Untangling Gordian Proteins

Scientists have for the first time found a way to revive proteins damaged by heat or chemicals. The test tube finding, reported in the current Cell, could help explain the formation of prions--the tangled proteins that are implicated in mad cow disease and several human brain disorders--and eventually may lead to a way to smooth out these rogue proteins.

Proteins called chaperones help protect cells from heat and chemicals that cause proteins to lose their shape and clump together. In the test tube, though, chaperones have only been shown to prevent damage, never to repair it. There were hints that a chaperone called heat shock protein 104 (Hsp104) was different: Cell biologist Susan Lindquist of the University of Chicago and her colleagues had shown that yeast lacking Hsp104 couldn't dissolve protein clumps as well as normal controls--suggesting that Hsp104 was needed to untangle gnarled proteins. Still, they couldn't exclude that it was simply preventing the worst tangles from forming.

To show that Hsp104 actively untangles proteins, Lindquist and postdoctoral fellow John Glover conducted test tube experiments with tangled clumps of luciferase, the protein that makes firefly tails glow. When they added purified Hsp104, it failed to liberate more than 5% of the protein. The researchers decided to add to the mix Hsp40 and Hsp70, chaperones that help unfolded proteins take the proper shape and are known to interact with Hsp104. Individually, these two could repair less than 2% of clumped luciferase, but teamed with Hsp104 they brought almost half of the denatured proteins back to life.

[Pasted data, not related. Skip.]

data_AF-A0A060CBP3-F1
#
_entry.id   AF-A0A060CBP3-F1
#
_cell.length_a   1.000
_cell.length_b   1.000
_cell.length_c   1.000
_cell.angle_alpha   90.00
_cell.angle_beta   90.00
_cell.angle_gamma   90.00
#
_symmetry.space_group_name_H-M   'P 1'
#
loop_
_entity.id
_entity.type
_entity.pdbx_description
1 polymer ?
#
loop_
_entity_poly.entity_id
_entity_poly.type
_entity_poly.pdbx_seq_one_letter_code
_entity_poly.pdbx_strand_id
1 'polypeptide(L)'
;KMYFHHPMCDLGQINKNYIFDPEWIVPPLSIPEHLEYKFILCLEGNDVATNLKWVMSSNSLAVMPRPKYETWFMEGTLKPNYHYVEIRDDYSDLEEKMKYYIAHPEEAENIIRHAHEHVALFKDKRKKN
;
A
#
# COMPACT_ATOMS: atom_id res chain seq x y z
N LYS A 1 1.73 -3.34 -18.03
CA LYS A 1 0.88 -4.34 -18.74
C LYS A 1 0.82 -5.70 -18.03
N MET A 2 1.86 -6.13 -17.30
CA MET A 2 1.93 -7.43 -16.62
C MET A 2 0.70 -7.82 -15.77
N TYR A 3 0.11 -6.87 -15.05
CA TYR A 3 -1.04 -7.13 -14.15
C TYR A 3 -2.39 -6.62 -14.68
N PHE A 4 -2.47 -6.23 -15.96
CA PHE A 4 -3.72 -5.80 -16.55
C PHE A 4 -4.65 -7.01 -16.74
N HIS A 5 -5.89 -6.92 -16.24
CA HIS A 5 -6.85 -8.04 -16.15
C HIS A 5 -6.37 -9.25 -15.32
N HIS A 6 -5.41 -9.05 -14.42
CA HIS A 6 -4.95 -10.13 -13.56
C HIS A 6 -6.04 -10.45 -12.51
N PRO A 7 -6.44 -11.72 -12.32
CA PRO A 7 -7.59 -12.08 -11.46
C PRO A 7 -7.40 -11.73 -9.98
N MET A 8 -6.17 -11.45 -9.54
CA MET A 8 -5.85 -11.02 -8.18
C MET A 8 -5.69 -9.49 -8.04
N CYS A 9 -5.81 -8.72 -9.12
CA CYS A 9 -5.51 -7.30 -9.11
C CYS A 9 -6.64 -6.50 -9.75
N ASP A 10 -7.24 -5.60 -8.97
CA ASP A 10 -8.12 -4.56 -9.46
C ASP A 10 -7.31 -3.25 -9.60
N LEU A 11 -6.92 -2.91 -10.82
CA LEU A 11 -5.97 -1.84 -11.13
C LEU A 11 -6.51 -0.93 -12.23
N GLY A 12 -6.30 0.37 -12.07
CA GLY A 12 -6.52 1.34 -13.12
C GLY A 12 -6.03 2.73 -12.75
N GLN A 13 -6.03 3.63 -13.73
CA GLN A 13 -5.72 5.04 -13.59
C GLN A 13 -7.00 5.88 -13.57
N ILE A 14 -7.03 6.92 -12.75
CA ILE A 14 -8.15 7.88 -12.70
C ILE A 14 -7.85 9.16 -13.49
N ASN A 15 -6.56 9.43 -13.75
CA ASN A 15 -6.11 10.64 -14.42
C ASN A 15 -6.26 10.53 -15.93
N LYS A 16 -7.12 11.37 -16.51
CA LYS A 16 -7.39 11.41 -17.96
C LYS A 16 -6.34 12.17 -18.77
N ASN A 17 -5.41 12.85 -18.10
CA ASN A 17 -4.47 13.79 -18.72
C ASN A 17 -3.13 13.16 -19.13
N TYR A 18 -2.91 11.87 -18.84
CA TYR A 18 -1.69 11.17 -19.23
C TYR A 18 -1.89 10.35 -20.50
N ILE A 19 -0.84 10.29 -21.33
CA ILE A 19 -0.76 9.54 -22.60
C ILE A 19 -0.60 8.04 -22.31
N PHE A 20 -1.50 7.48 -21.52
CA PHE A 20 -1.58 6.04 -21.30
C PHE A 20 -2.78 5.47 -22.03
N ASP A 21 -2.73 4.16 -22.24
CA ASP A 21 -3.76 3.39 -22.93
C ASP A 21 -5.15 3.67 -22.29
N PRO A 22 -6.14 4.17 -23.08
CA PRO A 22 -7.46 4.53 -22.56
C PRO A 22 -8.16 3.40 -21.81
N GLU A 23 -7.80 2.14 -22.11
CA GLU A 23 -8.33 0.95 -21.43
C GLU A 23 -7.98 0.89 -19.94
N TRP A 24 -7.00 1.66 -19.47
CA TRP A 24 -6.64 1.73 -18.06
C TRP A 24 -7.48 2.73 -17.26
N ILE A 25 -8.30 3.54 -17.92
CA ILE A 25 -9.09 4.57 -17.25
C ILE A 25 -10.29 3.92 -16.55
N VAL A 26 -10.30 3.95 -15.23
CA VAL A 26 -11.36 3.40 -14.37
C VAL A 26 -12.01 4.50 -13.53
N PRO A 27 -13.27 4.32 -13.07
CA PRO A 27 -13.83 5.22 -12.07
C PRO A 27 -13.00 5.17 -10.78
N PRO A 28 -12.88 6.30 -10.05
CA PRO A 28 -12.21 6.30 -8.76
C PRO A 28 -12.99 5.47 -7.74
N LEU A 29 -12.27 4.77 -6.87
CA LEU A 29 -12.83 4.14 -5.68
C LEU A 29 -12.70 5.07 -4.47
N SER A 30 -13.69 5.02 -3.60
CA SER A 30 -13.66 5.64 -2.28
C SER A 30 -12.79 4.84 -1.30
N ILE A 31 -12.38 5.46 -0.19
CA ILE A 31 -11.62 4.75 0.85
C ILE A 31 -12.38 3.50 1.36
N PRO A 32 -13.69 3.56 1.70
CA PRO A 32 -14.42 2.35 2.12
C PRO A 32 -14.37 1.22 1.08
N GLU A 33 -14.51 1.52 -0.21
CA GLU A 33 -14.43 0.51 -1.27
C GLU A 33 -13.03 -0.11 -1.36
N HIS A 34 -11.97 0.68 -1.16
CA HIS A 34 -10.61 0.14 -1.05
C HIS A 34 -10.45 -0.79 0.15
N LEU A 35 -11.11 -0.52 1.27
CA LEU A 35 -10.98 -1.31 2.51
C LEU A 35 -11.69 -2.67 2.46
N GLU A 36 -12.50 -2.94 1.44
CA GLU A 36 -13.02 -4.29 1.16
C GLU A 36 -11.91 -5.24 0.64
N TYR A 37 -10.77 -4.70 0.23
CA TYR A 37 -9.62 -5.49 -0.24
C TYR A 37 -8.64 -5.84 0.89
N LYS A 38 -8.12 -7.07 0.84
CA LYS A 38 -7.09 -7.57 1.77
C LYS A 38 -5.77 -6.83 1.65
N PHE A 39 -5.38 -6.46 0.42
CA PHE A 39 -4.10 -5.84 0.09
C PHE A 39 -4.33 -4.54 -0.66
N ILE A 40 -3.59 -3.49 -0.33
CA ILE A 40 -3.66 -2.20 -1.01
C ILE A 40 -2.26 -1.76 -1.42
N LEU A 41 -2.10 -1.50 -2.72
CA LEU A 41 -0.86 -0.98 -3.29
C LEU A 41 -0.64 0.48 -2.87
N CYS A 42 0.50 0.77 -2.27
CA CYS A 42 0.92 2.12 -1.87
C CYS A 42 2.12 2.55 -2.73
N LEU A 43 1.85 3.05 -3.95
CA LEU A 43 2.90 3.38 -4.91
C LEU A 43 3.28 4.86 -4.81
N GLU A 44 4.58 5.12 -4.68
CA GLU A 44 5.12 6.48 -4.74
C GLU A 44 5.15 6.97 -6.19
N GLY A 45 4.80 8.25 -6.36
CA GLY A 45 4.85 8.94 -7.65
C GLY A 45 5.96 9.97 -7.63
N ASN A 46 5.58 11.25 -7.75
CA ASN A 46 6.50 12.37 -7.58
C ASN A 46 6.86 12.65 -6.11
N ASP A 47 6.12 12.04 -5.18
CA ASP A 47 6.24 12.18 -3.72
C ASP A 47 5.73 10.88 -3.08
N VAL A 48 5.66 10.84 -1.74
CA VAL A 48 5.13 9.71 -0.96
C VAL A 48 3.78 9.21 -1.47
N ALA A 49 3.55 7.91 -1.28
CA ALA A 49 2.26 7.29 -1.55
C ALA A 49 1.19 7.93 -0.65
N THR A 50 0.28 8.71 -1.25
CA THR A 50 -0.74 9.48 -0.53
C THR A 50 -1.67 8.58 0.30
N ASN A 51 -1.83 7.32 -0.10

Lindquist says Hsp104 may be acting like a molecular crowbar, grabbing on to a tangled protein and then, with the help of the cellular fuel ATP, changing its shape and prying a tangled protein loose. Hsp70 and Hsp40 then could re-fold the freed proteins, she says.

The work "suggests that protein aggregation isn't irreversible," says cell biologist David Smith of the University of Nebraska Medical Center in Omaha. Understanding how cells undo their protein clumps might lead the way to a treatment for diseases that are blamed on tangled proteins, he says, including Creutzfeldt-Jakob disease and Alzheimer's disease.